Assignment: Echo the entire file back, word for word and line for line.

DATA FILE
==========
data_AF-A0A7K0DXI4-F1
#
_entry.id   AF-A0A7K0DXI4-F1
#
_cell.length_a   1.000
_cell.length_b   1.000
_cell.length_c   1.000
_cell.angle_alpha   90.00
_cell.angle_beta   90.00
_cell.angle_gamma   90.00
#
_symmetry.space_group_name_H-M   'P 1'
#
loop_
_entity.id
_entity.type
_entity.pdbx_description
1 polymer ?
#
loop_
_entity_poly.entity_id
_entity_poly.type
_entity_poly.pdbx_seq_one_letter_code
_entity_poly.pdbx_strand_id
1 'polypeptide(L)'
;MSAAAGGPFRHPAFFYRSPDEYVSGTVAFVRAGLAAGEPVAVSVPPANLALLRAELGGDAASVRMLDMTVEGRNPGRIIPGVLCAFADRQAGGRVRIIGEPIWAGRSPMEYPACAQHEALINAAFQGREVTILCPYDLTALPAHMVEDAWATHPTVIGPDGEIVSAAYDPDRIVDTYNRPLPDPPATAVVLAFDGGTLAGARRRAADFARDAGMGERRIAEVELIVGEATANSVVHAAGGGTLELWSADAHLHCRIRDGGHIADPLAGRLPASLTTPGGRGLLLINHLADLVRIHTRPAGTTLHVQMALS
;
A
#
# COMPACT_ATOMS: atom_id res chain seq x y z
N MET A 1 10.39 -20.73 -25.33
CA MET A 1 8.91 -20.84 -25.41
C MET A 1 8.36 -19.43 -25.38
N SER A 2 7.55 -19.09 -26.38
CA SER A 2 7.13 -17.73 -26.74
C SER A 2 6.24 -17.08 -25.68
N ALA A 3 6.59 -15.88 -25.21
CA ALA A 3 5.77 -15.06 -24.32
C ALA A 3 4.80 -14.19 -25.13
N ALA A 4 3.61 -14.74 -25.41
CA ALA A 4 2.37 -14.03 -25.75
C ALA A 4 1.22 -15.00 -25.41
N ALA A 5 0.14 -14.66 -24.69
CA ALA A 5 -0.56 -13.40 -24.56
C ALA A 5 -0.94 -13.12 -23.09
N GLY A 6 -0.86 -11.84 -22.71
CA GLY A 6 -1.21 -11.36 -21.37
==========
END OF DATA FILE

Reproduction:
data_AF-A0A7K0DXI4-F1
#
_entry.id   AF-A0A7K0DXI4-F1
#
_cell.length_a   1.000
_cell.length_b   1.000
_cell.length_c   1.000
_cell.angle_alpha   90.00
_cell.angle_beta   90.00
_cell.angle_gamma   90.00
#
_symmetry.space_group_name_H-M   'P 1'
#
loop_
_entity.id
_entity.type
_entity.pdbx_description
1 polymer ?
#
loop_
_entity_poly.entity_id
_entity_poly.type
_entity_poly.pdbx_seq_one_letter_code
_entity_poly.pdbx_strand_id
1 'polypeptide(L)'
;MSAAAGGPFRHPAFFYRSPDEYVSGTVAFVRAGLAAGEPVAVSVPPANLALLRAELGGDAASVRMLDMTVEGRNPGRIIPGVLCAFADRQAGGRVRIIGEPIWAGRSPMEYPACAQHEALINAAFQGREVTILCPYDLTALPAHMVEDAWATHPTVIGPDGEIVSAAYDPDRIVDTYNRPLPDPPATAVVLAFDGGTLAGARRRAADFARDAGMGERRIAEVELIVGEATANSVVHAAGGGTLELWSADAHLHCRIRDGGHIADPLAGRLPASLTTPGGRGLLLINHLADLVRIHTRPAGTTLHVQMALS
;
A
#
# COMPACT_ATOMS: atom_id res chain seq x y z
N MET A 1 10.39 -20.73 -25.33
CA MET A 1 8.91 -20.84 -25.41
C MET A 1 8.36 -19.43 -25.38
N SER A 2 7.55 -19.09 -26.38
CA SER A 2 7.13 -17.73 -26.74
C SER A 2 6.24 -17.08 -25.68
N ALA A 3 6.59 -15.88 -25.21
CA ALA A 3 5.77 -15.06 -24.32
C ALA A 3 4.80 -14.19 -25.13
N ALA A 4 3.61 -14.74 -25.41
CA ALA A 4 2.37 -14.03 -25.75
C ALA A 4 1.22 -15.00 -25.41
N ALA A 5 0.14 -14.66 -24.69
CA ALA A 5 -0.56 -13.40 -24.56
C ALA A 5 -0.94 -13.12 -23.09
N GLY A 6 -0.86 -11.84 -22.71
CA GLY A 6 -1.21 -11.36 -21.37